The “DCFG” β-sheet of the FN3 scaffold used for constructing a new binding site in this work corresponds structurally to the β-sheet of the immunoglobulin variable domain that mediates heterodimerization between the variable domains of the heavy and light chains.30 Therefore, the immunoglobulin domains utilize this β-sheet surface for specific protein-protein interaction but not for recognizing foreign molecules. A very recent report of the structure of a disulfide-free VL domain in complex with a peptide demonstrates that this β-sheet surface can be utilized for target recognition when the heavy chain is absent.31 In the camelid single-domain antibodies (VHHs), the equivalent β-sheet contains several mutations, with respect to the conventional variable domain, that prevent heterodimerization.32; 33 Although the paratopes of most camelid VHHs reported to date are made with the three CDR loops and have convex topography,14 rare examples of VHH that use a binding mode equivalent to the “side and loop” mode have been identified.34 These examples suggest that the VHH scaffold can also be used in the same manner as the FN3 scaffold to generate such “side binders”. The rarity of such VHH molecules is likely to originate from the manner by which their amino acid diversity is generated in the natural immune system. The gene recombination mechanism underlying the generation of immunoglobulin sequence diversity focuses on the CDRs.35 Consequently, the “side” positions on the β-sheet are not extensively diversified in the natural immune repertoire, limiting the chance of generating “side binder” VHH molecules.
Whereas monobodies have been viewed as close mimics of antibodies due to their structural similarity, the design of the “side and loop” library represents a departure from this “antibody mimic” mind set. We emphasize that structural characterization of monobody-target complexes was instrumental in identifying the unanticipated mode of monobody-target interactions and the potential utility of the β-sheet surface for target recognition. Unlike immunoglobulin libraries derived from natural sources, monobody libraries are generated using in vitro mutagenesis. Consequently we have full control over the choice of locations for amino acid diversification in a library. This freedom is an obvious and important advantage of synthetic scaffold systems. A similar approach should be effective in identifying distinct surfaces useful for constructing binding interfaces in other scaffolds. Thus this work gives general insights into the design of molecular recognition interfaces.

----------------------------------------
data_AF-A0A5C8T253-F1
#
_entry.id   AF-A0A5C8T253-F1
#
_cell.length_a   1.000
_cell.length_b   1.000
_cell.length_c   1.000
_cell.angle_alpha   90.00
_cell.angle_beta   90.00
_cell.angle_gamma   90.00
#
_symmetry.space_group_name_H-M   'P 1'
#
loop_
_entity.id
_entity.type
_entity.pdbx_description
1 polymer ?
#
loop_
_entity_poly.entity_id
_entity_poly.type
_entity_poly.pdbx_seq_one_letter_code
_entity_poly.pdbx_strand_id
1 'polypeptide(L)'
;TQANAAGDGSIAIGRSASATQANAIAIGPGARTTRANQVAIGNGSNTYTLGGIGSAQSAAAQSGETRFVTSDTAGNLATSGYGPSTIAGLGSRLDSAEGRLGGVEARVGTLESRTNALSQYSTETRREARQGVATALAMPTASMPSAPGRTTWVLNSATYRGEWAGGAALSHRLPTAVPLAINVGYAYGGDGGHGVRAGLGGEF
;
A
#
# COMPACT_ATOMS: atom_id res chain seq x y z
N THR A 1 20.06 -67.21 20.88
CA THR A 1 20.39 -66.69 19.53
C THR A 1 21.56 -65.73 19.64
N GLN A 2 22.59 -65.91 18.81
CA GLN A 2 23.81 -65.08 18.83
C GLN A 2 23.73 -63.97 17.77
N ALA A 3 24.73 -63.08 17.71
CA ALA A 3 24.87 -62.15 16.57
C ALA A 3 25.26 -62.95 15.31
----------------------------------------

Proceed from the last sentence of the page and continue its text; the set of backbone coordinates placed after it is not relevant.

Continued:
Target proteins (Abl SH2, hSUMO1, and GFP) and monobody proteins were produced as His10-tag proteins using the pHFT2 vector,13 and purified as previously described.22; 36 The hSUMO1 sample used in this work contained the C52A mutation that prevents dimer formation.37 Isotope-enriched samples were prepared as described previously 38. For SPR experiments, the His-tag segment of the targets was cleaved using the TEV protease. For crystallization the His-tag segment was removed from both the targets and monobodies.
Target proteins used for yeast display were biotinylated using EZ-Link NHS-PEG4-Biotin (Thermo Fisher Scientific). We typically incubated 0.3–0.6 mg/ml of a target protein with 60μM reagent for 30min, and quenched the reaction by adding Tris-Cl (pH8) at a final concentration of 0.1M. Excess biotinylation reagent was removed by dialysis against 20 mM Tris Cl buffer, pH 8 containing 100 mM NaCl and 1 mM EDTA. The level of biotinylation was determined to be ~1 per molecule using MALDI-TOF mass spectroscopy.
The “loop only” library has been described.15 The “side and loop” library was constructed using the Kunkel mutagenesis method as described previously.9; 39 Phage display selection was performed according to the methods previously described.7; 36 The His-tagged target proteins were incubated with equimolar concentration of BTtrisNTA, a high affinity Ni-NTA compound containing a biotin moiety, for 30min to form a BTtrisNTA/his-tagged protein complex, and the complex was incubated with monobody phage-display libraries. The target concentrations used for rounds 1, 2 and 3 were 100, 100 and 50 nM for Abl SH2, 100, 50 and 50 nM for GFP, respectively, and 100 nM throughout for hSUMO1. Monobody-displaying phages bound to the BTtrisNTA/target complexes were captured using Streptavidin (SAV)-coated magnetic beads. The captured phages were eluted with 10 mM EDTA solution that disrupts the linkage between the targets and BTtrisNTA. The recovered phages were amplified in the presence of 0.2 mM IPTG to induce the expression of monobody-p3 fusion genes.